CHICAGO -- Researchers have identified a genetic variation in some people that appears to reduce their chances of a heart attack or stroke, even in those with high blood pressure, high cholesterol, or other risky conditions.
It is unclear how common the variation is, and some specialists said it is too soon to say whether routine screening for it would be worthwhile. Other gene variants have been linked with an increased risk for heart attacks and premature heart disease.
For patients with heart-endangering conditions, the newly identified gene variant reduced the risk of having a heart attack or stroke by 67 percent, the researchers said.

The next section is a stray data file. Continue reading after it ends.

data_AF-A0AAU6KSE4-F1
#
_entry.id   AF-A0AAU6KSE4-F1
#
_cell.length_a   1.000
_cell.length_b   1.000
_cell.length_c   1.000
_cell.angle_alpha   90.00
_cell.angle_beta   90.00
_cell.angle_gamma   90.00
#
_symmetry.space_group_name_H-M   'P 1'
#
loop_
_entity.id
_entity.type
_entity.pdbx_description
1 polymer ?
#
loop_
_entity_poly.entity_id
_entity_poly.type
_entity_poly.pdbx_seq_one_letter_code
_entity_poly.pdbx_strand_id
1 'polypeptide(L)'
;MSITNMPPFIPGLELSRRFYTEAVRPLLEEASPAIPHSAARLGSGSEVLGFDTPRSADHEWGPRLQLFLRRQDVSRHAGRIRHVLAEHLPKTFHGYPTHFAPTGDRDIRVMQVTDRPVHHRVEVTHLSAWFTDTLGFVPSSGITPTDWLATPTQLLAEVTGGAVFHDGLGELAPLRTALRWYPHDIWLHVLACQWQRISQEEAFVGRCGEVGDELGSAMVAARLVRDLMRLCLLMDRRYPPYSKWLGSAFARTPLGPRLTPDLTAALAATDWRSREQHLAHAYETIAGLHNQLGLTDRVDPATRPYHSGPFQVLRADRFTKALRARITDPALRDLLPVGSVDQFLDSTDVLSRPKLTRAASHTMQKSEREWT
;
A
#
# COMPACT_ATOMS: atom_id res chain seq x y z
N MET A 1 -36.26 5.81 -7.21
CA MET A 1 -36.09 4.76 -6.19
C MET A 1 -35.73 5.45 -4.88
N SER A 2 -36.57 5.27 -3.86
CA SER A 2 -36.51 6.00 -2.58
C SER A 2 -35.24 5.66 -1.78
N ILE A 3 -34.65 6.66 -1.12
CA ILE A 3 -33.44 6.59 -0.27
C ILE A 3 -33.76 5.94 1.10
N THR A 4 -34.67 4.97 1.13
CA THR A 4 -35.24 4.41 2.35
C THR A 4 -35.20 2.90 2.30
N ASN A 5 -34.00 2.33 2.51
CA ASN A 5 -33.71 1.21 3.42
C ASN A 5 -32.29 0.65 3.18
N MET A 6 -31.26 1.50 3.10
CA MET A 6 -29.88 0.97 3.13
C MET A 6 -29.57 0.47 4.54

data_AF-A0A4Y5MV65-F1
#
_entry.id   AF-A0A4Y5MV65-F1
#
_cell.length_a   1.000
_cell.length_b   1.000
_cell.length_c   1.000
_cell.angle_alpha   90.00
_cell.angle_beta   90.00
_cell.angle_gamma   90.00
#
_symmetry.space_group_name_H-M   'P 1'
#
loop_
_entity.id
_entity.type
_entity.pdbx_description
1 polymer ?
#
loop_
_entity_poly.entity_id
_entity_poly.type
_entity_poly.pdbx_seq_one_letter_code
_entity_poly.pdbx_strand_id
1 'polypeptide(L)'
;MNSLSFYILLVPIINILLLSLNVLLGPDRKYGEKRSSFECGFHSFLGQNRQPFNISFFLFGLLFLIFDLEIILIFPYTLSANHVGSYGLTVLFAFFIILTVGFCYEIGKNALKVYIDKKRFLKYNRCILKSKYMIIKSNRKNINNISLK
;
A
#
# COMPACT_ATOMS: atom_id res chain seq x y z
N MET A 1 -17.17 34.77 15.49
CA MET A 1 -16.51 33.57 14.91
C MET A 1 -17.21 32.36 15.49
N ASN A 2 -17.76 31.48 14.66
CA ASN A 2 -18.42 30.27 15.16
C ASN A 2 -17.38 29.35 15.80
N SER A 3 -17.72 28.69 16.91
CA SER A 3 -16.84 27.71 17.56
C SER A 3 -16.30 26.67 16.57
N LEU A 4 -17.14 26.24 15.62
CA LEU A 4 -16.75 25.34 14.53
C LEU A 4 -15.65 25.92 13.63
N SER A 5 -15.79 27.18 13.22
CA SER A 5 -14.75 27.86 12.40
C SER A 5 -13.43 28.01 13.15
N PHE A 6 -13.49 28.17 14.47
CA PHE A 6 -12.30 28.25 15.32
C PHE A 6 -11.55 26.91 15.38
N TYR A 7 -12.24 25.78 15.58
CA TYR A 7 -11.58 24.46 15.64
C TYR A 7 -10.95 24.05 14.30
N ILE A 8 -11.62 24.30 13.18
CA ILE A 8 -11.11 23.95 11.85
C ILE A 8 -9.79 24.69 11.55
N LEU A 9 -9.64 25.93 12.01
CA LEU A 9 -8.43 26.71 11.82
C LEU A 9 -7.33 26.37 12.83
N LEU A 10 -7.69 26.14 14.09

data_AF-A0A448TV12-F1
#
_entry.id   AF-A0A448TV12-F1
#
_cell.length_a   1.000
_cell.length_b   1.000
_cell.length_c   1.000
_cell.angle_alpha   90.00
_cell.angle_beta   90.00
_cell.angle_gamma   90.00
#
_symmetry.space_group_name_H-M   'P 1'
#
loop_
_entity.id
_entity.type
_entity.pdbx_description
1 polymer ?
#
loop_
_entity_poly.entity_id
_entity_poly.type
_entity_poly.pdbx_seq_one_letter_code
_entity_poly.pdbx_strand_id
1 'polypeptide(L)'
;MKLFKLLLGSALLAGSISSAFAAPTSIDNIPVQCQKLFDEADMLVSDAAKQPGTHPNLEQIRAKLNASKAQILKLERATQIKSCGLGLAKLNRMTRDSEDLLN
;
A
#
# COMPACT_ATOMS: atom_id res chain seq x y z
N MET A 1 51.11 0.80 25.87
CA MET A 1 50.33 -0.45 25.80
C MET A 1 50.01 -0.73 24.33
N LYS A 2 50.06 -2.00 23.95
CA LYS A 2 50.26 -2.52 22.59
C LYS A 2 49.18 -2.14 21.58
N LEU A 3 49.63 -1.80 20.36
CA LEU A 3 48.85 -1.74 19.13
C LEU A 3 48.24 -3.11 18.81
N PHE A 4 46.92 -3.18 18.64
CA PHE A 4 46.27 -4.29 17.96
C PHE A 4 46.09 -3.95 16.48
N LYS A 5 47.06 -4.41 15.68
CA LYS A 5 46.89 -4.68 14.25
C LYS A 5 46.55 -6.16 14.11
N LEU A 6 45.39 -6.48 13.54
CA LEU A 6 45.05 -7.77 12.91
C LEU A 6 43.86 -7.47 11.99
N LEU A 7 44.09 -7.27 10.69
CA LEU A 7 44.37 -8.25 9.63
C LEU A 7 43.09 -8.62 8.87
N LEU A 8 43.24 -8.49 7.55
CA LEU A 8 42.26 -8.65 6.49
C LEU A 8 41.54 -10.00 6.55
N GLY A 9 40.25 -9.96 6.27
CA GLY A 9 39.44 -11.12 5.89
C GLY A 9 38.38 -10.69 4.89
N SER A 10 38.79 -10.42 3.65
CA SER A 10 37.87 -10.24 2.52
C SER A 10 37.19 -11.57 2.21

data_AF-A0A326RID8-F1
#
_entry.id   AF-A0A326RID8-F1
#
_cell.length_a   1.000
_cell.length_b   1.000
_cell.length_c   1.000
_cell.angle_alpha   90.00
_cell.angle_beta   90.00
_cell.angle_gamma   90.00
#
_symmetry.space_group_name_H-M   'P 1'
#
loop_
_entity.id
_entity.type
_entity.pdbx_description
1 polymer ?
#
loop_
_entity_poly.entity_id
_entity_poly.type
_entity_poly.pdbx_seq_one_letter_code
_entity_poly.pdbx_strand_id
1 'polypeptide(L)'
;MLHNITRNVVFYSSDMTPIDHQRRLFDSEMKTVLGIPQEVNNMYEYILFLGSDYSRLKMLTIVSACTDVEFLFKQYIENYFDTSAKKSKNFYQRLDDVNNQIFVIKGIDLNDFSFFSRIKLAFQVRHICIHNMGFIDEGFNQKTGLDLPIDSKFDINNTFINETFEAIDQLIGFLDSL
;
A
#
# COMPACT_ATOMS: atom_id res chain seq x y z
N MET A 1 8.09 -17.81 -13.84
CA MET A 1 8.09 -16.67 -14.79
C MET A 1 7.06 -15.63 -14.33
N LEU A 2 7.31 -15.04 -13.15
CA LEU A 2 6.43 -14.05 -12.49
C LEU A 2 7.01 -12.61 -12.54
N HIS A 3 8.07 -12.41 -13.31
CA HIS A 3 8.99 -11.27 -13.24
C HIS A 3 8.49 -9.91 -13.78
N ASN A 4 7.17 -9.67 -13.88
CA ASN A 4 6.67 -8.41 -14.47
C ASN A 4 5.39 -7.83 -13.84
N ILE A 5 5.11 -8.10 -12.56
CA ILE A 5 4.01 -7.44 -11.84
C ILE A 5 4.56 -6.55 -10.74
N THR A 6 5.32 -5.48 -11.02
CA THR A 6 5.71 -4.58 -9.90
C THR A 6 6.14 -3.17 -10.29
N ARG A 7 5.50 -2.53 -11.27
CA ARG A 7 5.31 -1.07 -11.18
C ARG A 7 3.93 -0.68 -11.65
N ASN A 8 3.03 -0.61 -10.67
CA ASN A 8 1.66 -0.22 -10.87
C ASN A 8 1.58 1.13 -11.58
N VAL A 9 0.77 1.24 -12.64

The study, done in Italy, was published in today's Journal of the American Medical Association.
The variant reduces the activity of a gene involved in producing an enzyme called cox-2 that triggers inflammation, and it is much more common in people who have never had heart attacks or strokes, said study leader Dr. Francesco Cipollone.